Editorial | Will The Newly ‘Exposed’ Sugar Mafia Be Held Accountable?
It is heartening to see a willingness on the part of Prime Minister Imran Khan’s government to put in motion a process by which the country can find out more about about the sugar and wheat shortage of recent months. He has also called for the formation of a commission to investigate the sugar crisis and conduct a forensic audit of sugar mills – some of which are owned by figures at the highest level of the ruling party itself.
This would be a good time for the ruling party and its fierce partisans to reconsider what they understand by ‘accountability’. It is unlikely that the ruling party would accept the claims of critics that the Prime Minister himself aided or abetted any wrongdoing that may have happened in this instance. Moreover, it is unlikely that the PM would acquiesce if there were any widespread calls from the opposition for him to step down on ‘moral grounds’ at any point. And this is also understandable.
But previous governments were not held to such reasonable standards by the current ruling party when it was in opposition. In fact, the PTI-led government continues to hound figures from previous governments over claims of wrongdoing which those individuals had just as much of a right to contest as PM Imran Khan does today. And yet, when those figures contested accusations against them, it was presented by the PTI as proof that no ‘justice’ or ‘accountability’ was possible until Imran Khan’s revolution.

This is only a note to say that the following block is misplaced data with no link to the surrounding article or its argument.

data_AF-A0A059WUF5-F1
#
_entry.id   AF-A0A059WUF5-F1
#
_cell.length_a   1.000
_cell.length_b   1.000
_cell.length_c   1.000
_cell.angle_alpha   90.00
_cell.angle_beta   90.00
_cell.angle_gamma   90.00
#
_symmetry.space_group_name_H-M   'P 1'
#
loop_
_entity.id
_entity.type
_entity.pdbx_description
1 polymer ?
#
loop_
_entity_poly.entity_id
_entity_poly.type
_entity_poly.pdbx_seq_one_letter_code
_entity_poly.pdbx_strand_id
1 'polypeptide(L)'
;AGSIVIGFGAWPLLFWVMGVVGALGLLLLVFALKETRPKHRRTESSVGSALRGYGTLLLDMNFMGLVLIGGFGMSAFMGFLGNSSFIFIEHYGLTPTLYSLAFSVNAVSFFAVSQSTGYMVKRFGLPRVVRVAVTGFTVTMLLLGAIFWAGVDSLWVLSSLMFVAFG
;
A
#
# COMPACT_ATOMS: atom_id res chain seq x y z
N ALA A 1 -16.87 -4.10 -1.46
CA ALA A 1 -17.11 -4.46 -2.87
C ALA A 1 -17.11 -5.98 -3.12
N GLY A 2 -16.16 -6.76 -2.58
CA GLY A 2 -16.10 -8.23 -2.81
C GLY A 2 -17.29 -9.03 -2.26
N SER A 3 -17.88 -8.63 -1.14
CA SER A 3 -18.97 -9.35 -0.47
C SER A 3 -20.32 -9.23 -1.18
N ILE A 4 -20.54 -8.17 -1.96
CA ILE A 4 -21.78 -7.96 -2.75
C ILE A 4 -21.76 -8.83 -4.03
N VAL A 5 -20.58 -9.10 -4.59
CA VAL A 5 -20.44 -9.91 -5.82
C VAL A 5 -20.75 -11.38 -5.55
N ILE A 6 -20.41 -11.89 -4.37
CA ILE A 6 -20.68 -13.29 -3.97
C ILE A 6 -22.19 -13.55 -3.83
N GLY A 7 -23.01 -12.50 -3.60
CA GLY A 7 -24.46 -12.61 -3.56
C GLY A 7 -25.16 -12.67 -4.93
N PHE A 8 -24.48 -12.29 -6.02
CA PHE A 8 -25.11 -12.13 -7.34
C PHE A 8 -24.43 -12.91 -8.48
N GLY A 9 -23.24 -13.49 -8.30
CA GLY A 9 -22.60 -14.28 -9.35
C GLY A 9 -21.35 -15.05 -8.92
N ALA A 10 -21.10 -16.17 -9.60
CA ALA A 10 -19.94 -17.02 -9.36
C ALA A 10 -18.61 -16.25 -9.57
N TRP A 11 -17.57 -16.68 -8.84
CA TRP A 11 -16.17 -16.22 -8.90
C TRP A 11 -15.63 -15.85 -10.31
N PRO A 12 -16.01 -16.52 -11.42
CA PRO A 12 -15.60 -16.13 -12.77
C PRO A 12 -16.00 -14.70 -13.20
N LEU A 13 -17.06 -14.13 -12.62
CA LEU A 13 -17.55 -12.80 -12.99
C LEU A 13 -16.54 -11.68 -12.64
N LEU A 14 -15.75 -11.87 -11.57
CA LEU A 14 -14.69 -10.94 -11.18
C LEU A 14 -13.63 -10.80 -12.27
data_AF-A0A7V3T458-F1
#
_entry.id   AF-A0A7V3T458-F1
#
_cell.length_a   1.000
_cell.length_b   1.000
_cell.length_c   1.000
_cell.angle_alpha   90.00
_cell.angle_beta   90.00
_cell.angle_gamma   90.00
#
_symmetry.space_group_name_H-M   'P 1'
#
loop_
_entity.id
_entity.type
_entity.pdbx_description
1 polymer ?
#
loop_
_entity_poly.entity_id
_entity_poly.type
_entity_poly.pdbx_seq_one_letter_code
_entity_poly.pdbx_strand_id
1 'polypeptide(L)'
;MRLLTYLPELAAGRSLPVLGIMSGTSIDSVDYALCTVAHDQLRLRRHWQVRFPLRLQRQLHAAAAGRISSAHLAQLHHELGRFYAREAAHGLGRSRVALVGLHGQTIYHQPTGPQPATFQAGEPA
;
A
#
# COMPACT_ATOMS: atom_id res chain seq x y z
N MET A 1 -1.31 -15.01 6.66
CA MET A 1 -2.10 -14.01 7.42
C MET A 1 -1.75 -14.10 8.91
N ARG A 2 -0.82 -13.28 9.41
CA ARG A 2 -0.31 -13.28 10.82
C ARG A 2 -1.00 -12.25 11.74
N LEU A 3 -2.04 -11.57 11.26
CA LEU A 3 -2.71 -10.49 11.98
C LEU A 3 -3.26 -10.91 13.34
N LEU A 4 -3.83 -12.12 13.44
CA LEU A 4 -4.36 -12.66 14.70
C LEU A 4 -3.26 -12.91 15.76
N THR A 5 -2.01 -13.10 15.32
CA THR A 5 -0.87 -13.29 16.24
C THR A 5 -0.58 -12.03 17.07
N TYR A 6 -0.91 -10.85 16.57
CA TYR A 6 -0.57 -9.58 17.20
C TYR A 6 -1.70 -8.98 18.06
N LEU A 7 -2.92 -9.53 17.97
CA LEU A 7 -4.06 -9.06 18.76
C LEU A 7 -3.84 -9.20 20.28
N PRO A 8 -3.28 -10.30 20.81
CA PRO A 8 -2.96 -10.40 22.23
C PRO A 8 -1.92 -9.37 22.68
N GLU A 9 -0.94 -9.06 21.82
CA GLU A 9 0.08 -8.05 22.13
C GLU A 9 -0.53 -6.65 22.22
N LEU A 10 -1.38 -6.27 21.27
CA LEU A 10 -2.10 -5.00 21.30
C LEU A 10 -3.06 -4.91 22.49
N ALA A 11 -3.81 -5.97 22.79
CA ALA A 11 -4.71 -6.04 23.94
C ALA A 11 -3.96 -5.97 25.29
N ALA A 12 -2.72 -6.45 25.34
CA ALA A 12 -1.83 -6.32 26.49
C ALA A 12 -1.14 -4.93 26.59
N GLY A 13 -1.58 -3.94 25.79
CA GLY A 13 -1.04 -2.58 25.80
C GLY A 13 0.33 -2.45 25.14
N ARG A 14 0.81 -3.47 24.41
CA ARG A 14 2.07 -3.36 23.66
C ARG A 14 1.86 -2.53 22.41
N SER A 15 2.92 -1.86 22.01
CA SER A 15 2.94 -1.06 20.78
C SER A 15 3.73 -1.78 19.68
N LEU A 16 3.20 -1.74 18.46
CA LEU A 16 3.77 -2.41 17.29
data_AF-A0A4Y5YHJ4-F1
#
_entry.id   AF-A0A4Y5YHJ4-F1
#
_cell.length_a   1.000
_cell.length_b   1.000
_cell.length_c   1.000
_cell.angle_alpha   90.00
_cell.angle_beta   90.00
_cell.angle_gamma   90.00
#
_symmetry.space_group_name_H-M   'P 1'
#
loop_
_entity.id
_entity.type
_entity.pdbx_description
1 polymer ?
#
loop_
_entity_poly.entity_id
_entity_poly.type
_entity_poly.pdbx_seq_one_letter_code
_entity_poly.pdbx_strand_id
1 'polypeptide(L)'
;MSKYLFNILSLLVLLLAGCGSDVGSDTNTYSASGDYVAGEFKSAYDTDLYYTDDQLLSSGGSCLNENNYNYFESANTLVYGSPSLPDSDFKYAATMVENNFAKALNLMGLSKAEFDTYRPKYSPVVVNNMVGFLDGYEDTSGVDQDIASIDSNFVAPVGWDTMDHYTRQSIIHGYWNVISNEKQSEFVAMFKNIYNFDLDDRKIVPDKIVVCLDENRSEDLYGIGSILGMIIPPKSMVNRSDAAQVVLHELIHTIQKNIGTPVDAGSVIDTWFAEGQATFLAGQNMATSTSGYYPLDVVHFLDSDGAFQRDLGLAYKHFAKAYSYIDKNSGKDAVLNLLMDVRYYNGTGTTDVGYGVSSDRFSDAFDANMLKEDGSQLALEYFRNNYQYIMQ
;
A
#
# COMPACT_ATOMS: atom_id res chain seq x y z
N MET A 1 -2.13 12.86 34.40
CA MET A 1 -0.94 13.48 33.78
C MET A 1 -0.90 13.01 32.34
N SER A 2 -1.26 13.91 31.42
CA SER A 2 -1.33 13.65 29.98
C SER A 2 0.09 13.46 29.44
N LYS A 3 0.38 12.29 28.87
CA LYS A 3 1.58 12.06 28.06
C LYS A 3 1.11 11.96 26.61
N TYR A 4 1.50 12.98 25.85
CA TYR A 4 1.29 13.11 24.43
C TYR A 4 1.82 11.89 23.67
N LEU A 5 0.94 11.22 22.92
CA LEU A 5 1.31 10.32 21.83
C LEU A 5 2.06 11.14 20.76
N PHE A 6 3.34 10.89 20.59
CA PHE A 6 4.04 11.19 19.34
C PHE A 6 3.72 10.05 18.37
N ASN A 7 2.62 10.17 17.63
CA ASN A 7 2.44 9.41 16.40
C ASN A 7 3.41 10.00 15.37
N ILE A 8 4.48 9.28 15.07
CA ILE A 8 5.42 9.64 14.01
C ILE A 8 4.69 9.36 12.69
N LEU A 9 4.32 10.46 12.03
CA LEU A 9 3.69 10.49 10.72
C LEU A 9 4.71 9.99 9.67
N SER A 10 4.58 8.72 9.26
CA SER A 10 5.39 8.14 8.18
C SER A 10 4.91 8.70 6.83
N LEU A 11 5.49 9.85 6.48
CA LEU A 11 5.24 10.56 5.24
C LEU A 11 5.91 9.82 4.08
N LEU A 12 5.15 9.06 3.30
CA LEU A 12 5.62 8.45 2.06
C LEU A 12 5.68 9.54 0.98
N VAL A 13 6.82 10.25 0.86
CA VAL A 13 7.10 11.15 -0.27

Herein lies the problem: we are well into the promised Naya Pakistan. And to nobody’s surprise, it appears that the nexus between government organs and big business has not gone anywhere. The world continues to do business as business was always done.
This should not be an excuse for continued wrongdoing under any government. But surely we might ask the ruling party and its vociferous talking heads: are they holding themselves to a separate standard from their political opponents?